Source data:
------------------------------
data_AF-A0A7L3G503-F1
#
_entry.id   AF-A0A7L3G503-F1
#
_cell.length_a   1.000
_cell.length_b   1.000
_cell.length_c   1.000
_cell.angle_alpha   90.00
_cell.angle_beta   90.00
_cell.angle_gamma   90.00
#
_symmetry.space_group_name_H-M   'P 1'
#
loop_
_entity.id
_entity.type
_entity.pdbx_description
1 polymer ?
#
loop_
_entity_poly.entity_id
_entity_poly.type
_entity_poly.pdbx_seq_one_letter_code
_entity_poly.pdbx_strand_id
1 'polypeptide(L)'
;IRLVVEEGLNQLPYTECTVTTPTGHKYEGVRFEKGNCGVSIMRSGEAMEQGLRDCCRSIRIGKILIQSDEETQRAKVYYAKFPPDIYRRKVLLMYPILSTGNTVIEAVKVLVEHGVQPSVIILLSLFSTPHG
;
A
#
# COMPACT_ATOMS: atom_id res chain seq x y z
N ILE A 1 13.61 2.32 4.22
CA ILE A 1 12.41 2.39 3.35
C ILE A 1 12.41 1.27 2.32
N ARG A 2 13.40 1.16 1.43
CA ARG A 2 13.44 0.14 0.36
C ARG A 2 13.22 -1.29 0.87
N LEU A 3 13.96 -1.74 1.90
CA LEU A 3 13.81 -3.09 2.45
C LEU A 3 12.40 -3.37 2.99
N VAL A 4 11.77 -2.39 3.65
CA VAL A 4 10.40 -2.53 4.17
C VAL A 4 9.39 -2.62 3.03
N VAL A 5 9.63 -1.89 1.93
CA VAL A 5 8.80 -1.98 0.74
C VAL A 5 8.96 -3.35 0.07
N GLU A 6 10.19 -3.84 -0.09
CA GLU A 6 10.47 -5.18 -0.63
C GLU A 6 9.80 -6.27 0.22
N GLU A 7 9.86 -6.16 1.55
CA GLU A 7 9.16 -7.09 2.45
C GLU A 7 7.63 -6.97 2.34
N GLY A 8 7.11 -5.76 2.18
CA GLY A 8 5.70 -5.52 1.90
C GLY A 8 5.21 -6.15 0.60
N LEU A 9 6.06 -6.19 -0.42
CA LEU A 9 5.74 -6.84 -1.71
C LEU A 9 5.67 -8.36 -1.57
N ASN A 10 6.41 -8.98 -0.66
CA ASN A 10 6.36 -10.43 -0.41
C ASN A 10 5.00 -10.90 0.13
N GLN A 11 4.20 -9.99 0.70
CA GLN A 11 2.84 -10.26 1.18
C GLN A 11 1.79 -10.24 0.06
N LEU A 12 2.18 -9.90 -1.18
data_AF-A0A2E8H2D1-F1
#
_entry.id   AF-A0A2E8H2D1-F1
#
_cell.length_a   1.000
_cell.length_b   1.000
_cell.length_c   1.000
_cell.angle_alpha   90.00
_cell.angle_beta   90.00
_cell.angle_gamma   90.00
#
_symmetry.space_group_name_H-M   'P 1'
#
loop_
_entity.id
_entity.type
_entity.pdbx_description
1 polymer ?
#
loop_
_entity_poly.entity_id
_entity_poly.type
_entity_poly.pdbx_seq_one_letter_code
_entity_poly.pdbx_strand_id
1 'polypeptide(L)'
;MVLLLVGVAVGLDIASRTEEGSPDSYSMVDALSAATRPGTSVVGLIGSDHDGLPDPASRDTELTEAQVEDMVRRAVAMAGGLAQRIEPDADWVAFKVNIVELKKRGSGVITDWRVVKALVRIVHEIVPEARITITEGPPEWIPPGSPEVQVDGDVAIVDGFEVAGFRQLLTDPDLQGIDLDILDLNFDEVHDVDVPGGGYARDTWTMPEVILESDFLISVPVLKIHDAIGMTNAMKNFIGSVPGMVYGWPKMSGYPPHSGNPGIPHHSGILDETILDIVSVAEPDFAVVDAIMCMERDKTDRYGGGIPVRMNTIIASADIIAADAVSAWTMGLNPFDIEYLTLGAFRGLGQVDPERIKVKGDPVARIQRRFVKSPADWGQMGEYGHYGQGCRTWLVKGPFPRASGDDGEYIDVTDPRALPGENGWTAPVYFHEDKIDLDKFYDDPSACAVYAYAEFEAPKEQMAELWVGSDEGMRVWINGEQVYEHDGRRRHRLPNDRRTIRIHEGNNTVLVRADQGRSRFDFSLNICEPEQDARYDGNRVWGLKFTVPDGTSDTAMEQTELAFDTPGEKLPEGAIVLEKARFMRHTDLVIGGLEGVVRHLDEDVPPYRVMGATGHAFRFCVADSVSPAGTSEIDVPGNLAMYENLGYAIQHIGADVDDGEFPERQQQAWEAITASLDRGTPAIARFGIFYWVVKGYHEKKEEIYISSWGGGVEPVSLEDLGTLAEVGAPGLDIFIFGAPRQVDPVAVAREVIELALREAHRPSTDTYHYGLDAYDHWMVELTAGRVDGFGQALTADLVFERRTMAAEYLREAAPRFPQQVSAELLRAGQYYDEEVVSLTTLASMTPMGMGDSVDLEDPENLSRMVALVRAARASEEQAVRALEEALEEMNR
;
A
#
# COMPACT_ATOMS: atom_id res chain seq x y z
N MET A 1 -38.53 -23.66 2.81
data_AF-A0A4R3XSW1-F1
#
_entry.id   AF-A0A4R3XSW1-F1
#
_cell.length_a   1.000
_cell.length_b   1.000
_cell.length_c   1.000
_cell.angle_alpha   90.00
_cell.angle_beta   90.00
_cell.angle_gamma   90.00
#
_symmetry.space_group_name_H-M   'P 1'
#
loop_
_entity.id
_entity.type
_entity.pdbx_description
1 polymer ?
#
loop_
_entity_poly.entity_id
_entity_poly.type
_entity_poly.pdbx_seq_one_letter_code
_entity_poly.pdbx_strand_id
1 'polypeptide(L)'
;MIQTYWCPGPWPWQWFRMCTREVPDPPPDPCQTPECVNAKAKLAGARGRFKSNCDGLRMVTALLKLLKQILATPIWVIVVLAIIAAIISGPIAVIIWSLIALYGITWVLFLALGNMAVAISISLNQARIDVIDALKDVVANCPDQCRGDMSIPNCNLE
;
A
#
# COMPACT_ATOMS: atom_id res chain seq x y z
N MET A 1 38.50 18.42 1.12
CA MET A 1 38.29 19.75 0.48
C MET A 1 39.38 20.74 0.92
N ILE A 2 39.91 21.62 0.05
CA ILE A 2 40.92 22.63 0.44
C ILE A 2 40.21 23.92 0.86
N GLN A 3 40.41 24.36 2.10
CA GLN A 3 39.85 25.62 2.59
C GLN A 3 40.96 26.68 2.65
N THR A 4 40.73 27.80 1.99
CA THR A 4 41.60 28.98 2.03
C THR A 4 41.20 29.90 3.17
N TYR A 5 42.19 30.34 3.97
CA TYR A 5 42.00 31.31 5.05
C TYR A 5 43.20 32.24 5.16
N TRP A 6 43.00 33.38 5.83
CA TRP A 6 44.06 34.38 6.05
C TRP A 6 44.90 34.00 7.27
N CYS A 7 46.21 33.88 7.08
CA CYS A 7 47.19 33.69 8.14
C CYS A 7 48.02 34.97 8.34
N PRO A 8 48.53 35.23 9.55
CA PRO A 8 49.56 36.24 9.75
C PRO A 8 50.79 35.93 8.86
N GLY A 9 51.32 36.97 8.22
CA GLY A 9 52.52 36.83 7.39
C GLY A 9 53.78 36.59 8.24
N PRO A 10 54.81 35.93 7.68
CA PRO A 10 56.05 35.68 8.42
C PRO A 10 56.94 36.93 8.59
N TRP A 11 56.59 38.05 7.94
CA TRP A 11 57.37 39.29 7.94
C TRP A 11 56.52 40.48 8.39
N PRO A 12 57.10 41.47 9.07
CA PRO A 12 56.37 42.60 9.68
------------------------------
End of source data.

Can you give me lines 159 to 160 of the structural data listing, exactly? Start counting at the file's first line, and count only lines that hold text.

N PRO A 12 57.10 41.47 9.07
CA PRO A 12 56.37 42.60 9.68